Whilst many animals may not be fans of fireworks, for many people a firework show can bring lots of enjoyment. Adults and kids alike can marvel at the colourful spectacles, full of sparkles and billowing shapes that satisfy our primordial interest in shiny things.
In the UK, the nights leading to the 5th of November and Guy Fawkes’ Night may be accompanied by a wealth of pyrotechnics but they are also when we experience some of our not-so-brilliant British weather. The Met Office forecast for the 2019 Bonfire Night is one of clouds and some patchy rain showers with a northerly breeze, bringing chilly temperatures from Scotland to The Midlands. Considering this, could your fireworks show be affected by the weather? If so, how?
Whilst an audience might be less than eager to stand around in the rain, according to the UK Firework Review (UKFR), rain is not normally a problem for the fireworks themselves. The rockets used for the displays contain an internal fuse that is isolated from the water droplets. The only potential problem rain could cause for a firework display is if the external fuse got too wet before the rocket is lit. Low cloud can be an issue for higher fireworks, which can attain altitudes of over 300m – very low cloud or fog could obscure these.
Citing the UKFR again, fireworks are not affected by the extremes of temperatures found in the UK. However, a stable temperature inversion could potentially cause problems with visibility of fireworks for an audience. Typically, air temperature decreases with increasing altitude - in a temperature inversion the opposite is true and cold air sits underneath warmer air. As a result, a cap in the atmosphere forms that traps the smoke and can reduce the visibility of a firework show. The stability of a temperature inversion depends on the air pressure, with high-pressure systems maintaining the inversions for longer.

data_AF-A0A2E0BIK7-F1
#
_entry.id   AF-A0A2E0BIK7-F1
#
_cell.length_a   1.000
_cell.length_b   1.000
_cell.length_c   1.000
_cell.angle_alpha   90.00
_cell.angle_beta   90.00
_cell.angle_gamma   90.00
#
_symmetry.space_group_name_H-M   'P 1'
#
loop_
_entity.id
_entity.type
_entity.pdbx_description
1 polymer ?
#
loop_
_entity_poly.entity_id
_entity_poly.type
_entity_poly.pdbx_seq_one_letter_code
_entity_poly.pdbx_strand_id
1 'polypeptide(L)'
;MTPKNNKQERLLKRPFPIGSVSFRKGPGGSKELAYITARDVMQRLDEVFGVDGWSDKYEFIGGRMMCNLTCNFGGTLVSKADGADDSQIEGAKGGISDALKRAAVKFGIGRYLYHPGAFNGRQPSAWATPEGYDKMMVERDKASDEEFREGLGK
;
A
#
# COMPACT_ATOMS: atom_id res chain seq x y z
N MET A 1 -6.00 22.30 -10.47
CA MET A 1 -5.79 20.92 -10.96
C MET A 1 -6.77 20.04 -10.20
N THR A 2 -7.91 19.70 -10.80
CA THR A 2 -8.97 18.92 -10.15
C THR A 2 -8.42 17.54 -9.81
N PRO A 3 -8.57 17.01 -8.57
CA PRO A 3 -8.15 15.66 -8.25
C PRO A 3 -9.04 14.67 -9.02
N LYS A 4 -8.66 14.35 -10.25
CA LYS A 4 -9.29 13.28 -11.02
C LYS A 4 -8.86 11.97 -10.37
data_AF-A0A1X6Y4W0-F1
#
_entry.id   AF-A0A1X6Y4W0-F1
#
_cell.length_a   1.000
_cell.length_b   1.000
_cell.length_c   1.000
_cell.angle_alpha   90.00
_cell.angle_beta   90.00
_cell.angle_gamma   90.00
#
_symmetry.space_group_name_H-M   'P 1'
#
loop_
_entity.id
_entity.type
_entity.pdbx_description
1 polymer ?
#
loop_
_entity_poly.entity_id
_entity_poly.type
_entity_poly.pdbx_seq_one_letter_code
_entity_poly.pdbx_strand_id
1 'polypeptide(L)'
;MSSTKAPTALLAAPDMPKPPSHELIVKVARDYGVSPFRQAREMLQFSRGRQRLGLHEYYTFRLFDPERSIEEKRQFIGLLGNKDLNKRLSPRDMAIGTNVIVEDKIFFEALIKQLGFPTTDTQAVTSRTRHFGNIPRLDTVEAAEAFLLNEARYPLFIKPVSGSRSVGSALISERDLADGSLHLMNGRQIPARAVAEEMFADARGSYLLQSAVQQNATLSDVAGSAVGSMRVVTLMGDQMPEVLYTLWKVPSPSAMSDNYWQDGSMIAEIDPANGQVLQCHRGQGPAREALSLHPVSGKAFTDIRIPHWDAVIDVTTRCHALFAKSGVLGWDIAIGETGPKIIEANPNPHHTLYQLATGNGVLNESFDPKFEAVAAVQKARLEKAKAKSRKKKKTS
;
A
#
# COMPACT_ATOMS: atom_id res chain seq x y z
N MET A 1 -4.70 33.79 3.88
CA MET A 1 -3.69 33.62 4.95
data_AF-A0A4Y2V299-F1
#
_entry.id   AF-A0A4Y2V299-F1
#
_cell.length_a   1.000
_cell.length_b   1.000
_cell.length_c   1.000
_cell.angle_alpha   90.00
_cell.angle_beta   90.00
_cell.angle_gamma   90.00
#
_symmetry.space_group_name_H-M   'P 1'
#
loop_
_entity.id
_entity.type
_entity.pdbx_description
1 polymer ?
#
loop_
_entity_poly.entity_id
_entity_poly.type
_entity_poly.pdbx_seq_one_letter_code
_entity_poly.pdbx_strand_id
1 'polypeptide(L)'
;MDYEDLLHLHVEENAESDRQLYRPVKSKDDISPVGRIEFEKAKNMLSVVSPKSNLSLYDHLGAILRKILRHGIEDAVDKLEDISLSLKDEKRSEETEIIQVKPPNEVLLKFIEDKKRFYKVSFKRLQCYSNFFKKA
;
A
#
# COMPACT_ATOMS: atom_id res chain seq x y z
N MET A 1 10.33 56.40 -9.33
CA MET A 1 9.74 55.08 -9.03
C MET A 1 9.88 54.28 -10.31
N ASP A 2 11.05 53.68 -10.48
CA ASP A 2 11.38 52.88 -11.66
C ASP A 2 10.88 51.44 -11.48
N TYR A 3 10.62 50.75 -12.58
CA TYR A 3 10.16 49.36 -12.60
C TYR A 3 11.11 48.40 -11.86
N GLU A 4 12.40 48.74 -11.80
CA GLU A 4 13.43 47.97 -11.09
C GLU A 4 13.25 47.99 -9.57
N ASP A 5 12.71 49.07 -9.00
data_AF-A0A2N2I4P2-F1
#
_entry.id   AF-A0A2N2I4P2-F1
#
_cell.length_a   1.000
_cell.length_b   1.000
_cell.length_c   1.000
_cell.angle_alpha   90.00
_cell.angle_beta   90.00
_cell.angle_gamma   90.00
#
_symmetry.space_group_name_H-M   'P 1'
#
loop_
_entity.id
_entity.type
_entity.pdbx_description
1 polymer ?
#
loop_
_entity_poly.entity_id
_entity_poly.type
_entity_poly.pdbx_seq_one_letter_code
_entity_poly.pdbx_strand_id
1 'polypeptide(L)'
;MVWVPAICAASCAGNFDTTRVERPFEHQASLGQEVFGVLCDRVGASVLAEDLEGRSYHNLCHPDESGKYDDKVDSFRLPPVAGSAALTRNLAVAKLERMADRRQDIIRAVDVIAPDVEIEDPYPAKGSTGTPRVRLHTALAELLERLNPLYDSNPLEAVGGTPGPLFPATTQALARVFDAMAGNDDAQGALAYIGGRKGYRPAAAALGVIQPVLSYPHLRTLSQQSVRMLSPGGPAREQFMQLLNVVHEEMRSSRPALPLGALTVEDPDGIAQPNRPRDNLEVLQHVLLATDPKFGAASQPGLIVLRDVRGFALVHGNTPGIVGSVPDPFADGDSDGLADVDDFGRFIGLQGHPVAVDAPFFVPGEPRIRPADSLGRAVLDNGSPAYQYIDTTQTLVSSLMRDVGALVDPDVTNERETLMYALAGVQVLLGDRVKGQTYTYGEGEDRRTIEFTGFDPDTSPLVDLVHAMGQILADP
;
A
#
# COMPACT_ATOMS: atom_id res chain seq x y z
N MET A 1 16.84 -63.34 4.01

The UKFR calls the wind “the scourge of firework displays”. This is because the wind can carry debris from the fireworks towards the audience. A complete absence of wind can also be a nuisance as the smoke will accumulate around the area of the firework display and obscure the show.
Can fireworks affect the weather?
And what about the effect of the fireworks on the weather? Substantial firework displays are frequently followed by thick fogs. The smoke released by bonfires and burning fireworks can act as Cloud Condensation Nuclei where water vapour molecules condense onto microscopic particles, such as smoke, forming clouds. In addition, when the skies have been clear for the fireworks, the ground can effectively lose its heat to space. This is turn cools the air nearest the ground and can lead to a temperature inversion. The less wind there is, the longer it will hang around for.
Be safe and take your coat!
Whatever the weather brings for fireworks night this year, be sure to be safe. Most importantly, wrap up warm and make sure to bring that waterproof with you!
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